What about fees?

These will vary between celebrants and, obviously, need to take into account travel, possibly, board and lodging, and any unusual accessories requested.

The amount of work that will go into creating and performing a ceremony will depend on the type of ceremony required, so there’s no hard-and-fast rule. Personally, I usually give clients a firm quotation after our initial chat.

My fees include (virtually) unlimited contact with clients and as many revisions to the script as we need. Naturally, I conduct the service too. There are details of what is included on my website ( and I always send a clear summary in my Ts & Cs, once I have had the introductory chat with my clients.

What restrictions are there to the ceremony?

Beyond what I have already mentioned (especially on the legal side), as long as your requirements are within the realms of decency and reason, you can have what you want at your wedding.

  • If you want to dance down the aisle or wear Superman outfits, you can!
  • You can get married where you want (within reason) – that includes outdoors, of course, and could be in a hot-air balloon, say
  • Your ceremony can include your choice of music, readings, rituals and participants

The idea is that we are working towards your big day. It should reflect your personality and be fun (where appropriate), meaningful and memorable.

That’s where a good celebrant comes in …



Hayley’s funeral

My spies tell me that the current talk over the “Coronation Street” sewing machines is about humanist funerals. Almost none of the characters know what is meant by this. Someone is able to explain that, essentially it will be a funeral service without any religion in it.

Surely you have to have a religious funeral?

The script-writers are right.  Humanist funerals are an option. And, if it’s a true Humanist service, there can be no religious references whatsoever.

So, if you want a religious service, you go to your Church, Synagogue, Temple, Mosque etc. If you want no religion at all, you approach the Humanists. That’s clear enough, but might there also be people wanting something in between?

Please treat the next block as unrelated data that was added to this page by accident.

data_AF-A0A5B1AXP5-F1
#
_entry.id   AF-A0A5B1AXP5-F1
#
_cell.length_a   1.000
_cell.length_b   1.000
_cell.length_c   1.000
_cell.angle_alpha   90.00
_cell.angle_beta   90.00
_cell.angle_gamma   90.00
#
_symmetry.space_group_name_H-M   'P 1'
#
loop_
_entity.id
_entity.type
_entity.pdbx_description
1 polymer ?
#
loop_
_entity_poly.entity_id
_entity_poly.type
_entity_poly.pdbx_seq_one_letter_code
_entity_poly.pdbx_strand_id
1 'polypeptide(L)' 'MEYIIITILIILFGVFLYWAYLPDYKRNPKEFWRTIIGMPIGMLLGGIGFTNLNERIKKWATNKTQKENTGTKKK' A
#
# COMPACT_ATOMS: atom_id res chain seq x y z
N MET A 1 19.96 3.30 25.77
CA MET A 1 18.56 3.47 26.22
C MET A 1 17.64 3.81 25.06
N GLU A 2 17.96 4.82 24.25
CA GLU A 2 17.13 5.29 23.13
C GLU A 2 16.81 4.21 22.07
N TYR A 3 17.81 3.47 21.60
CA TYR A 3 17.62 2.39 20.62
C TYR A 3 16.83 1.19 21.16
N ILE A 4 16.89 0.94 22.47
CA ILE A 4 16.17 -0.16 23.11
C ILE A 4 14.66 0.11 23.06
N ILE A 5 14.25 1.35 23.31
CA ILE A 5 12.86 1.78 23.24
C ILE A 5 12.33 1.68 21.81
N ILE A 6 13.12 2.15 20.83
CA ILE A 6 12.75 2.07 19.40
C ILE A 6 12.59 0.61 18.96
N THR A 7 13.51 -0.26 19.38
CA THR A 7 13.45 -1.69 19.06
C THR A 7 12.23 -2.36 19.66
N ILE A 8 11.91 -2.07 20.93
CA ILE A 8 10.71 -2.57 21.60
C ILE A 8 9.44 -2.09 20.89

Is a compromise possible?

People often want something that includes references to God, even if it’s not the God of the conventional religions. Maybe they want a dash of religion (to placate a member of the family, to be ‘safe’ or because the deceased had some affection for one particular religion – or possibly, the deceased was part of a mixed marriage.). There can be many reasons for wanting a compromise service.


Fortunately, although not really in the public consciousness (until Friday?!), there are independent celebrants out there, whose main aim is to work with the client (next-of-kin usually) to create a service that absolutely reflects the wishes of the client (usually, respecting what the deceased would have wanted). In order to build a suitable service, celebrants will borrow from various traditions, suggest poems, readings, songs, hymns, rituals and participation by family or friends – whatever will make the ceremony meaningful and memorable.

The independent celebrant will strive to ensure that not only will there be an opportunity to grieve, but the life of the deceased will be celebrated.

Is this legal?

Just as you can choose the where, when and how, if you are celebrating a birth, as long as it is legally registered; just as you can marry where, when and how you choose, so long as the marriage is legally registered; so you can have the funeral that you choose, as long as the death is legally registered (and you dispose of the body according to regulations).

Why shouldn’t the funeral be just as you want it to be?

A little bird tells me that the “Corrie” funeral will be shown on Friday. I shall be interested to see how it is done, and, of course, whether I  could have written and conducted  it better!

Michael Gordon can help prepare and conduct a tailor-made life-cycle civil ceremony in or around London or, indeed, in Europe.